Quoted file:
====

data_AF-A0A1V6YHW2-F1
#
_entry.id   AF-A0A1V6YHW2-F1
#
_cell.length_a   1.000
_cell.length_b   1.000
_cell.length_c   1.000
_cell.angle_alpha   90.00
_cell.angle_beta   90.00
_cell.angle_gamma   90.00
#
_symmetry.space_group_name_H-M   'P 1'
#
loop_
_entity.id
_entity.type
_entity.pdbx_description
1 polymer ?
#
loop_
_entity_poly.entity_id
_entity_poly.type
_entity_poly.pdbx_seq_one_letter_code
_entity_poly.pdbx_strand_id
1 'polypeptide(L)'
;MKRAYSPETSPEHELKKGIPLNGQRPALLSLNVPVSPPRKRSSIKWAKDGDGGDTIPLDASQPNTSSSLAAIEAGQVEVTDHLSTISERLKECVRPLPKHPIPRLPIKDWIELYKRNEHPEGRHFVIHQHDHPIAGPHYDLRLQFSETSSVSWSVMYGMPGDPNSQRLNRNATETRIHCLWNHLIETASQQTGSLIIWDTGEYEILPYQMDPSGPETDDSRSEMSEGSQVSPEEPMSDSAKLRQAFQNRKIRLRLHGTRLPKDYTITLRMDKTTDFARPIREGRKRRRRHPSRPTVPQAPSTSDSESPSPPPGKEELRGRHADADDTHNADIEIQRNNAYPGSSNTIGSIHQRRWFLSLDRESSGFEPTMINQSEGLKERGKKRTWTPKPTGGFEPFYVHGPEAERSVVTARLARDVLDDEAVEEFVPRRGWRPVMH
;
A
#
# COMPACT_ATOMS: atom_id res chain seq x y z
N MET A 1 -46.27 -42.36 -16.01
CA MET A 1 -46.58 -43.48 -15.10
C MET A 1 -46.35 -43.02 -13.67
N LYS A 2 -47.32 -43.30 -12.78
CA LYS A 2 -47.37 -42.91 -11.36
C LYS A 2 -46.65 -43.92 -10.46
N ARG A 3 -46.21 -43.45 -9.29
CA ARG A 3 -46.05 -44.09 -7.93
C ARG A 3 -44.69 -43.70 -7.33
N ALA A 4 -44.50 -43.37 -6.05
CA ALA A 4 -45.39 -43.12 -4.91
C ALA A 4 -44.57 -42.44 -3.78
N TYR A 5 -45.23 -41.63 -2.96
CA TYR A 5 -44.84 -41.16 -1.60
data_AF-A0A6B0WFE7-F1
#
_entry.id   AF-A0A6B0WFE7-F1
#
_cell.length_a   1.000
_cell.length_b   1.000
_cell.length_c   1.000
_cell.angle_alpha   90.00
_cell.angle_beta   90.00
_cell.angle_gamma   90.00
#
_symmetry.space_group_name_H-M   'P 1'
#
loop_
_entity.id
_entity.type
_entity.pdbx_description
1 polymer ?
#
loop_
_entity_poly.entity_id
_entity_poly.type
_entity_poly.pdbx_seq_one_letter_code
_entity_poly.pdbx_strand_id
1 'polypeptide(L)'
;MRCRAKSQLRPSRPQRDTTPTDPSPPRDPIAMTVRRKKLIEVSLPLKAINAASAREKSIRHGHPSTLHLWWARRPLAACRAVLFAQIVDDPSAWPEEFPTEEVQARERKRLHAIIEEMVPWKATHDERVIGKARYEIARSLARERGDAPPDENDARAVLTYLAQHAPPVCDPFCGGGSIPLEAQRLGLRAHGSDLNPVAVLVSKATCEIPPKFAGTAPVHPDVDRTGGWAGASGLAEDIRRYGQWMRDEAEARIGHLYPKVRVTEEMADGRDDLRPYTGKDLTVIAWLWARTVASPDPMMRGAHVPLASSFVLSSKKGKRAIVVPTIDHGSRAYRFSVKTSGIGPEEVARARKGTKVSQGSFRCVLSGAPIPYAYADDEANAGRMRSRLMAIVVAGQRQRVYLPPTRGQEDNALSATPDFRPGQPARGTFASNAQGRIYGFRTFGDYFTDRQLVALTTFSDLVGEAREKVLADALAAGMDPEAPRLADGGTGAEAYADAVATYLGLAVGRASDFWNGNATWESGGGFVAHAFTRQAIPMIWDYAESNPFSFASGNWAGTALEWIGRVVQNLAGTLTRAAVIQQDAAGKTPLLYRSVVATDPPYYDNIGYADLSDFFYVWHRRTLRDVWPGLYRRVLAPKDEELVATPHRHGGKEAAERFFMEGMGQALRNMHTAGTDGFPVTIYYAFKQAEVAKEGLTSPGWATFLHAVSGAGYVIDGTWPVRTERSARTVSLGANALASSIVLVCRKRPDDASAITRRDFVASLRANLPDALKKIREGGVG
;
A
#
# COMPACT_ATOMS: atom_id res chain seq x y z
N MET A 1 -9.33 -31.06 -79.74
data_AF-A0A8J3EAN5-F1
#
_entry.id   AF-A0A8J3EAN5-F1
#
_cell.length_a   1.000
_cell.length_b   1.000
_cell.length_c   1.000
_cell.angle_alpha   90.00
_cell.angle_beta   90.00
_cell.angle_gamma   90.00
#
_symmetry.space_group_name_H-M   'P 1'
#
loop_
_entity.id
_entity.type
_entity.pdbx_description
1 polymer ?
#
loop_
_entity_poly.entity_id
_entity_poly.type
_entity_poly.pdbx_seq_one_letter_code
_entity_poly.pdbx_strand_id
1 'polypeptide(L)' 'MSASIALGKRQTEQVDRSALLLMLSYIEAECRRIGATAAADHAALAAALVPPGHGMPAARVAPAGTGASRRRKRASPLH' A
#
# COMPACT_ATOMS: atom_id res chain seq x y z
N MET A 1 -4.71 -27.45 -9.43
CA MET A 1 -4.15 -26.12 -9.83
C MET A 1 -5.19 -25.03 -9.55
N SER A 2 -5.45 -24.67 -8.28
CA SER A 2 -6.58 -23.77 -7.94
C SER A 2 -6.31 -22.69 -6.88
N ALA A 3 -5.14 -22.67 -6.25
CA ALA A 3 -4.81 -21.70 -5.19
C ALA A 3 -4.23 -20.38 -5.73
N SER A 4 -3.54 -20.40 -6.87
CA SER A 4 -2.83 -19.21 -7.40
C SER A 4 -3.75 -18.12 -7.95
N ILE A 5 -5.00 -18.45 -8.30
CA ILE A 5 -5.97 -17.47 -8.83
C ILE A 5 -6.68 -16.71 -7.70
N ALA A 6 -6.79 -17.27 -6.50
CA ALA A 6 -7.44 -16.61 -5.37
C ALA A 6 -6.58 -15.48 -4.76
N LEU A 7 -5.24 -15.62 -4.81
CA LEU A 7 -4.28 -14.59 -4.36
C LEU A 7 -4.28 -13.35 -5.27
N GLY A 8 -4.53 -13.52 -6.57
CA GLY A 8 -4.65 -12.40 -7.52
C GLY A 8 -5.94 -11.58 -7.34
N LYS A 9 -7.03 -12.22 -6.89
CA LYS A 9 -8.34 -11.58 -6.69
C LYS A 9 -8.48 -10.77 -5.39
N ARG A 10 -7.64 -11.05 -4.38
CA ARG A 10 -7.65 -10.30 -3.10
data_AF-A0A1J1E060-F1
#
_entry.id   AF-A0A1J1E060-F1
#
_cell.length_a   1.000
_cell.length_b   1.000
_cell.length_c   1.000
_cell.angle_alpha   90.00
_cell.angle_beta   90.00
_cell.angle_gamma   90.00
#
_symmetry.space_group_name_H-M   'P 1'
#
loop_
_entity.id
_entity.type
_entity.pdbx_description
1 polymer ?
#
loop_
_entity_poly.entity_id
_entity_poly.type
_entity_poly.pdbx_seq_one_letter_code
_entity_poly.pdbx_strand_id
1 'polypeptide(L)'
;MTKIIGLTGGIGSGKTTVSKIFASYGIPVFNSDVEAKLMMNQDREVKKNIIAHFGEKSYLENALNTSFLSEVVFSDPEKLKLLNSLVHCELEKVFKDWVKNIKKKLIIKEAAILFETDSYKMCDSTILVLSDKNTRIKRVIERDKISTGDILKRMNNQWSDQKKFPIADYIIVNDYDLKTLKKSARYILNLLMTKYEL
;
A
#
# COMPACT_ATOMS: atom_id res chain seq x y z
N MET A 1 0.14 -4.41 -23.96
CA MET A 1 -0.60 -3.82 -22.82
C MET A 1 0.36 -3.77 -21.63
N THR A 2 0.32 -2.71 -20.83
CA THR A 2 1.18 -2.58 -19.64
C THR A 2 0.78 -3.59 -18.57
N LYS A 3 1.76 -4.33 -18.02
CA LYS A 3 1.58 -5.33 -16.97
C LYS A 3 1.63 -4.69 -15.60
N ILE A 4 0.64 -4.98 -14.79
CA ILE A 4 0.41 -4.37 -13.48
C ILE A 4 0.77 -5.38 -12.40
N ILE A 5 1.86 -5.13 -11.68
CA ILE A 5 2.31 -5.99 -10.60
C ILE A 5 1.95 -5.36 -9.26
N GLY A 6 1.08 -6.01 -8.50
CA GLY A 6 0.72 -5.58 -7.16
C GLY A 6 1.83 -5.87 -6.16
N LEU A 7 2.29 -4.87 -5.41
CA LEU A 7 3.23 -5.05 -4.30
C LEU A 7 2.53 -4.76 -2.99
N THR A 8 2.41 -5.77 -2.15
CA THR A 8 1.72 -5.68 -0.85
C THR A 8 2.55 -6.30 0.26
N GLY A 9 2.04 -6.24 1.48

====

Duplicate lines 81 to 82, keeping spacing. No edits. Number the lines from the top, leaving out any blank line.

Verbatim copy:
_cell.length_b   1.000
_cell.length_c   1.000